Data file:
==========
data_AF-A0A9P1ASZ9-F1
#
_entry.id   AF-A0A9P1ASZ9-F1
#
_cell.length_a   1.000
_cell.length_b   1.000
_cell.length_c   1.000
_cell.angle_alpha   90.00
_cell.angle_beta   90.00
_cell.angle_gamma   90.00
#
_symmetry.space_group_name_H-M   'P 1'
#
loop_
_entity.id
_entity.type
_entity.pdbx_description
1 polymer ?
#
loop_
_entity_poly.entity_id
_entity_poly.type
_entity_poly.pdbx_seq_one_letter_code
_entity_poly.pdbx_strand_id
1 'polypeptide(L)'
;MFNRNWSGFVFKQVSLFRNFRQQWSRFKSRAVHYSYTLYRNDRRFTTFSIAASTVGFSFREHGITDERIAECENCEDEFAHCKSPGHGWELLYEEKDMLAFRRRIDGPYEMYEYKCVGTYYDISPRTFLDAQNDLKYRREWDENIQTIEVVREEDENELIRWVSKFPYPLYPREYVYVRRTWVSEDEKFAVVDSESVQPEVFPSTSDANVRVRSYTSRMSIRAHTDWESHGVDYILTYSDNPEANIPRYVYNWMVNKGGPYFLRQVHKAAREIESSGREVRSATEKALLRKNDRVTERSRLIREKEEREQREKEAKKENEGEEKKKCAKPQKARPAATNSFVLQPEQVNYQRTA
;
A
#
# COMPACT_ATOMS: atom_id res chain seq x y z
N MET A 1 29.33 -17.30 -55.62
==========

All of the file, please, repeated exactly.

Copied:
data_AF-A0A9P1ASZ9-F1
#
_entry.id   AF-A0A9P1ASZ9-F1
#
_cell.length_a   1.000
_cell.length_b   1.000
_cell.length_c   1.000
_cell.angle_alpha   90.00
_cell.angle_beta   90.00
_cell.angle_gamma   90.00
#
_symmetry.space_group_name_H-M   'P 1'
#
loop_
_entity.id
_entity.type
_entity.pdbx_description
1 polymer ?
#
loop_
_entity_poly.entity_id
_entity_poly.type
_entity_poly.pdbx_seq_one_letter_code
_entity_poly.pdbx_strand_id
1 'polypeptide(L)'
;MFNRNWSGFVFKQVSLFRNFRQQWSRFKSRAVHYSYTLYRNDRRFTTFSIAASTVGFSFREHGITDERIAECENCEDEFAHCKSPGHGWELLYEEKDMLAFRRRIDGPYEMYEYKCVGTYYDISPRTFLDAQNDLKYRREWDENIQTIEVVREEDENELIRWVSKFPYPLYPREYVYVRRTWVSEDEKFAVVDSESVQPEVFPSTSDANVRVRSYTSRMSIRAHTDWESHGVDYILTYSDNPEANIPRYVYNWMVNKGGPYFLRQVHKAAREIESSGREVRSATEKALLRKNDRVTERSRLIREKEEREQREKEAKKENEGEEKKKCAKPQKARPAATNSFVLQPEQVNYQRTA
;
A
#
# COMPACT_ATOMS: atom_id res chain seq x y z
N MET A 1 29.33 -17.30 -55.62